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San Francisco Accuses Arts School Of Illegal Dorms

spacedust2019 / Flickr
 

spacedust2019 / Flickr

(AP) — A popular arts school that is one of San Francisco's largest property owners has illegally removed hundreds of residential units from the city's tight housing market, San Francisco said in a lawsuit filed on Friday.

Academy of Art University acquired buildings that are zoned for use as apartments and other residences and converted them to student dorms without permission from San Francisco officials, City Attorney Dennis Herrera said.

The conversions were intended to accommodate the school's swelling student rolls, which have boosted its profits, but they cost the city roughly 300 residential dwellings, he said.

"Academy of Art quite simply is an egregious land use scofflaw, and its defiance persists at the worst possible time for our residents," Herrera said at a news conference announcing the lawsuit.

James Brosnahan, an attorney for the university, said Herrera's lawsuit was premature. The university has been working with planning officials to resolve the city's concerns, and has offered the city two properties for low income housing and $10 million. It has also agreed to increase its housing stock in the future through new construction, Brosnahan said.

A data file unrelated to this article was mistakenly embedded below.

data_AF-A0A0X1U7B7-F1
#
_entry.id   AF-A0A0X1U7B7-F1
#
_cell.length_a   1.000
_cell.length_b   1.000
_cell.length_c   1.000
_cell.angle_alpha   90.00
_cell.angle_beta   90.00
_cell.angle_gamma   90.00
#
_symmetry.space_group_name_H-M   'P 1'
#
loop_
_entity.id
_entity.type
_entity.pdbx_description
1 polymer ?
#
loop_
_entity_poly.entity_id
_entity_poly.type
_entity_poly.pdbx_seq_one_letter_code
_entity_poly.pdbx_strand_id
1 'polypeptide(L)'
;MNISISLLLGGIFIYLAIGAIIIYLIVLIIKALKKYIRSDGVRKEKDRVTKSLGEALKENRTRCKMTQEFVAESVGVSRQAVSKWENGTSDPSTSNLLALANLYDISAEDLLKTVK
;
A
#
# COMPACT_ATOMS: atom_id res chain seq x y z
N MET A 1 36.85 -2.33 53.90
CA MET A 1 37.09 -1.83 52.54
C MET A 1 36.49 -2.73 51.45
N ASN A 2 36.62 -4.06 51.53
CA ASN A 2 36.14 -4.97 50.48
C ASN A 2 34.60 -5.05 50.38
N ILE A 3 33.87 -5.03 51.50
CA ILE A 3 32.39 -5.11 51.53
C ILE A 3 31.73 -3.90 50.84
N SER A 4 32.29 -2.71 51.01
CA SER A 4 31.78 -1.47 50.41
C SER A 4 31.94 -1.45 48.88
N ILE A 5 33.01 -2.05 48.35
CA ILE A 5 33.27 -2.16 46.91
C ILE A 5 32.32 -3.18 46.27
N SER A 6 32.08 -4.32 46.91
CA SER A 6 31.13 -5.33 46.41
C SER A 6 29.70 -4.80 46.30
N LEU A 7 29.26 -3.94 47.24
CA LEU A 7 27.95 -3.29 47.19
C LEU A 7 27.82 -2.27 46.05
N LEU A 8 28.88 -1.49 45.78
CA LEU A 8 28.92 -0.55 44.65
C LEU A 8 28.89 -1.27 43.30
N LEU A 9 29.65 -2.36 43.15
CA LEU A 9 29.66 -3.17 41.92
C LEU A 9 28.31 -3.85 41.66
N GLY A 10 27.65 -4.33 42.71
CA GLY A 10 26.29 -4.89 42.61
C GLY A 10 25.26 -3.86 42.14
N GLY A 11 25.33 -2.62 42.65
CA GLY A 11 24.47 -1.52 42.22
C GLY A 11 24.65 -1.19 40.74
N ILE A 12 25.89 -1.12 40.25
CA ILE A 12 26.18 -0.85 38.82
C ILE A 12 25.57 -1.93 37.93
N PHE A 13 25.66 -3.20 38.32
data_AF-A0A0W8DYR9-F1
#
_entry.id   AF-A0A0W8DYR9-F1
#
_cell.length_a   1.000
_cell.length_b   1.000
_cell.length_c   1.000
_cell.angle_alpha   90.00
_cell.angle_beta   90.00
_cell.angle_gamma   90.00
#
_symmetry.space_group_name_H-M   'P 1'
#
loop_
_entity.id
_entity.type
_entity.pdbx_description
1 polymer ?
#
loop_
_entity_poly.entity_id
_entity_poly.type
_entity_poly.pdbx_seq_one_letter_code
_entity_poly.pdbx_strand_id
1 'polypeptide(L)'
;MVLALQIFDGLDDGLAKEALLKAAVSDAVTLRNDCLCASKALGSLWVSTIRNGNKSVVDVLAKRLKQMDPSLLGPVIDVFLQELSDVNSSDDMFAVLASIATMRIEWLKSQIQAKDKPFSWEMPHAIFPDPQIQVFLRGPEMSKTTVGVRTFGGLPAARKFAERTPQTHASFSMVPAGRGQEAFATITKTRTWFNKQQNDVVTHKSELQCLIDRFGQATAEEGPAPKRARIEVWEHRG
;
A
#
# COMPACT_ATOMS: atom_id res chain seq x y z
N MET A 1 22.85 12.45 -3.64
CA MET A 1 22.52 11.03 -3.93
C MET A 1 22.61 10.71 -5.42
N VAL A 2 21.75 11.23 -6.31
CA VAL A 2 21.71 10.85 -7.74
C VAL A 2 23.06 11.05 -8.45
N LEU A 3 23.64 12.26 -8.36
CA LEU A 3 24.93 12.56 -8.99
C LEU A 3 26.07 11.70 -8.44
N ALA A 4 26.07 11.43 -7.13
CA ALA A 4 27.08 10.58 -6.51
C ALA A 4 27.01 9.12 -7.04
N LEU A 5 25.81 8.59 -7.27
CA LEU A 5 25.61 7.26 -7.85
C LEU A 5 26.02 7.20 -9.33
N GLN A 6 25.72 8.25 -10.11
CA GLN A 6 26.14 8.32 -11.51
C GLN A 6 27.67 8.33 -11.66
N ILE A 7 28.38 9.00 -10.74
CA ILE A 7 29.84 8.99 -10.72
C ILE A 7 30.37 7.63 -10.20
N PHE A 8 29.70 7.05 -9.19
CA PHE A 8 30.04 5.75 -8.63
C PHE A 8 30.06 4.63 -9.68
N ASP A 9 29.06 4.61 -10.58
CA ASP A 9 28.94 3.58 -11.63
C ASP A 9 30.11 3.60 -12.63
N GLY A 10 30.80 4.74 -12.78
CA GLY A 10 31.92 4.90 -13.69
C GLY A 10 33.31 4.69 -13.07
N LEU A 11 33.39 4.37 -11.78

"A point that is missed is the students," he said. "You have a lot of low income art students, painters, sculptors, that are affected by this lawsuit today."

The lawsuit comes after a decade-long fight between city officials and the university over its alleged violations.

Herrera said in the suit that the university has "cavalierly" changed the use of over 22 buildings in San Francisco, including by turning office space into classrooms. He also accused the university of violating other rules, including building code and signage requirements, and said it has stalled and negotiated in bad faith over the years.

The lawsuit calls on a judge to declare a number of university properties a nuisance and order the school to stop using them. It also seeks fines.